Think social media, and many people put the emphasis on socializing. But apps are much more versatile than that. In a variety of crises, in fact, they have literally been life savers, providing up-to-date information to first responders. And against a backdrop of social unrest, they are a means to coordination in the midst of chaos. Professor Herman "Dutch" Leonard, an expert on crisis management who teaches at both Harvard Business School and Harvard Kennedy School, explains how social media can be both a force for good and a lever for change.
Social media are becoming an increasingly pervasive force in disaster and crisis situations worldwide. In the aftermath of the devastating 2010 earthquake in Haiti, for example, programmers in Boston and elsewhere wrote apps to decode Twitter feeds to produce information about where food and other supplies were most desperately needed. Social media also provided information to coordinate the exodus of people at the finish line of the Boston marathon after the bombs went off last April.
What makes social media so effective at opening the flow of communications during a crisis also makes it difficult for governments to control during protests. This was on display during the Arab Spring starting in 2010. And when China tried to cover up a major high-speed rail accident in 2011, the government was defeated in part by weibo (the Chinese equivalent of Twitter) as bystanders reported what had happened. This ultimately led to a complete turnaround in the way the event was handled by the government, not to mention the sacking of several high-level officials.
Today, social media remain powerful tools for organizing protests. Most protesters are forced to operate on a decentralized basis, but this decentralization can be a major strength. Social media facilitate coordination with little centralized direction or presence. Essentially, small groups of protesters acting on their own initiative can add up to very large movements with communications facilitated by social media.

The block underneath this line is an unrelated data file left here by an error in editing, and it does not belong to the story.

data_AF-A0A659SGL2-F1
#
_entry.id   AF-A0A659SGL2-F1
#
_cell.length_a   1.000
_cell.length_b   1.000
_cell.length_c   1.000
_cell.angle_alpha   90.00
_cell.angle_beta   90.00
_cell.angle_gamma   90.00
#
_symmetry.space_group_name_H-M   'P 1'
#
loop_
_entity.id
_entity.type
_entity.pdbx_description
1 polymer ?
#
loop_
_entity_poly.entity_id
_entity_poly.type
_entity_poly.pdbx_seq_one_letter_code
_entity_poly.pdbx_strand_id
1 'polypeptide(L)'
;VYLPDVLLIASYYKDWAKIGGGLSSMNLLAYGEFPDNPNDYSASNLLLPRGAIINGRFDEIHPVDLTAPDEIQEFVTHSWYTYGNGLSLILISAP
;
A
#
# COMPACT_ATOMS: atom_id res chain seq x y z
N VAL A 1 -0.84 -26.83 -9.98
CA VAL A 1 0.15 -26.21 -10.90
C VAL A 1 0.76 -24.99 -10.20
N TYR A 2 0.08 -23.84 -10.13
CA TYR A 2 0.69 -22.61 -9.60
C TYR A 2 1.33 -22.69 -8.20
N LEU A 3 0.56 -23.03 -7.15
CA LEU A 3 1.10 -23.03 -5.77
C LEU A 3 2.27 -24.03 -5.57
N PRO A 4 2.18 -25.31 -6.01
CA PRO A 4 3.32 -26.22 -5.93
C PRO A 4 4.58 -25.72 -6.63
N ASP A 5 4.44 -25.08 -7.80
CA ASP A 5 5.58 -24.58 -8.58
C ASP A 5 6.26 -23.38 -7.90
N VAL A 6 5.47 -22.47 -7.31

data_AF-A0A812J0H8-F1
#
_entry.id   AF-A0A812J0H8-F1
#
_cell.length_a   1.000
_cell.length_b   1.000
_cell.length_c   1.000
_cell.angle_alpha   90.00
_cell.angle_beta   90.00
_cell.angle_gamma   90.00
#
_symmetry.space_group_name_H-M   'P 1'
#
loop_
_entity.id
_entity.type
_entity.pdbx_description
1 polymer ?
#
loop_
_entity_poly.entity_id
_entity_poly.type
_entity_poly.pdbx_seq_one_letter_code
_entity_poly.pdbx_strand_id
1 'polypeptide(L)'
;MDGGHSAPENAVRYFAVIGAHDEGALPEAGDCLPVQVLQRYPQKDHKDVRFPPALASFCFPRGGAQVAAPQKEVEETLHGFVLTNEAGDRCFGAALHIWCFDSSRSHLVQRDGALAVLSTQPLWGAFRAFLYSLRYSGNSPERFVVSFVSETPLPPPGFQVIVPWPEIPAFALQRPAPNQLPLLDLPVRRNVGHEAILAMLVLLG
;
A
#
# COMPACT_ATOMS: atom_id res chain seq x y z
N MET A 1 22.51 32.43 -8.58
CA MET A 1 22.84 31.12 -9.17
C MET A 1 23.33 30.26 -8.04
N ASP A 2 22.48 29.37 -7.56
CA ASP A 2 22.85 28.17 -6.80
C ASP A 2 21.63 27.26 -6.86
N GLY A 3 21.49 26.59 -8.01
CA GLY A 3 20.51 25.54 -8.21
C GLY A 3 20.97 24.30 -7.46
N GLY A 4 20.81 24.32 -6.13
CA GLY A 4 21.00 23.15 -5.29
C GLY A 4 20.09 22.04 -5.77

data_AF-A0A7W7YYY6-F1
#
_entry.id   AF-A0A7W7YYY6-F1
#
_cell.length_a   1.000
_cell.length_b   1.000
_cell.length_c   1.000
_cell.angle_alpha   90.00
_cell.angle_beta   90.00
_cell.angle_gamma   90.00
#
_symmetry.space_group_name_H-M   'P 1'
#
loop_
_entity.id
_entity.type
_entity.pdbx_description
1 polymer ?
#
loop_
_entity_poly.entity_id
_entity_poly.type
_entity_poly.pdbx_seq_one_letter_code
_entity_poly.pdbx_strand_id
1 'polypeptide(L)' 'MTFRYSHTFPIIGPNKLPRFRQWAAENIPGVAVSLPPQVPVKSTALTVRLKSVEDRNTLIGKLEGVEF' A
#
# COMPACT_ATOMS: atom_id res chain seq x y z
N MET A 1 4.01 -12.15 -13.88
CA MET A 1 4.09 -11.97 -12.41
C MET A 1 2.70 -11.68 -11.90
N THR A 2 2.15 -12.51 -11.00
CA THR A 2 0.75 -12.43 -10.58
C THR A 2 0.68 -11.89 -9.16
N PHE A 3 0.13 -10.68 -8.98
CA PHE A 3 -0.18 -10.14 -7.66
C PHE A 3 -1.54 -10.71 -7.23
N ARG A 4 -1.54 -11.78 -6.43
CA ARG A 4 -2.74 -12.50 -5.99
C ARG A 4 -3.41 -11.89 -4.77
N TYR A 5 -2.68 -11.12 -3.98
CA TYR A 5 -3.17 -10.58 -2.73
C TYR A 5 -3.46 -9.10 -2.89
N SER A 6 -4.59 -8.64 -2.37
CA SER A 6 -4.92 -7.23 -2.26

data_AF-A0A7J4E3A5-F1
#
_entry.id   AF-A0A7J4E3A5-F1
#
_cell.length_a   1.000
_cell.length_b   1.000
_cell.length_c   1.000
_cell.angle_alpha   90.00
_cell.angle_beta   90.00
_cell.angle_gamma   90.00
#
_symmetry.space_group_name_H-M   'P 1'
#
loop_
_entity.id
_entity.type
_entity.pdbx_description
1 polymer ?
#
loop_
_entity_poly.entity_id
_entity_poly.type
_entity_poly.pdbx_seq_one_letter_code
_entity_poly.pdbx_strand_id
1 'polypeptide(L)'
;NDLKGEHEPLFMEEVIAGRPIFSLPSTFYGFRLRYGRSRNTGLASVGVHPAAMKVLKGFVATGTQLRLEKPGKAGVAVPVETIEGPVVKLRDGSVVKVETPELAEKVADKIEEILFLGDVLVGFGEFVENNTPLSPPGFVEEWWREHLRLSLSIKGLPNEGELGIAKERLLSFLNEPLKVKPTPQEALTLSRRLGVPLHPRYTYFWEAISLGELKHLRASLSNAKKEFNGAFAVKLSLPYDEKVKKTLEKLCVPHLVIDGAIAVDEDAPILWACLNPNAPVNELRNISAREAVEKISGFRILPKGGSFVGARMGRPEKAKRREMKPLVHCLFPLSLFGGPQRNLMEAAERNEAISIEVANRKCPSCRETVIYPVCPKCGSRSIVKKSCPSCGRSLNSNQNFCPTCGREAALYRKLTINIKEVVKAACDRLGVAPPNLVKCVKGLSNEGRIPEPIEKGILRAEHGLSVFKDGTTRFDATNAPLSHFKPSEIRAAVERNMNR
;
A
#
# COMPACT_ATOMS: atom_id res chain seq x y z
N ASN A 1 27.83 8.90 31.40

These structural features – of protests on the one hand and social media technology on the other – make mass activity of this form challenging for governments to control.
Zello appears to be the latest case in point. An app that allows person-to-person or person-to- (selected) group transmission of voice messages, it has reportedly been used in recent protests in both Ukraine and Venezuela, where governments have been trying to suppress it. CNN reports that the government of Venezuela has apparently blocked Zello from the state-owned internet service – and in response, the chief technology officer at Zello is working to rewrite the app to avoid the block.
On its side, the government has authority, centralized organization, and police power. On their side, the protesters have creativity, rapid evolution in tactics, determination, a decentralized structure that makes them difficult to confront – and social media. This sounds like a David and Goliath story – but that isn’t quite the right analogy. One David, armed with unexpected tactics, can be a formidable challenge—as Goliath learned. But what social media do is enable a swarm of Davids to confront Goliath – and that is a different matter altogether for Goliath to cope with.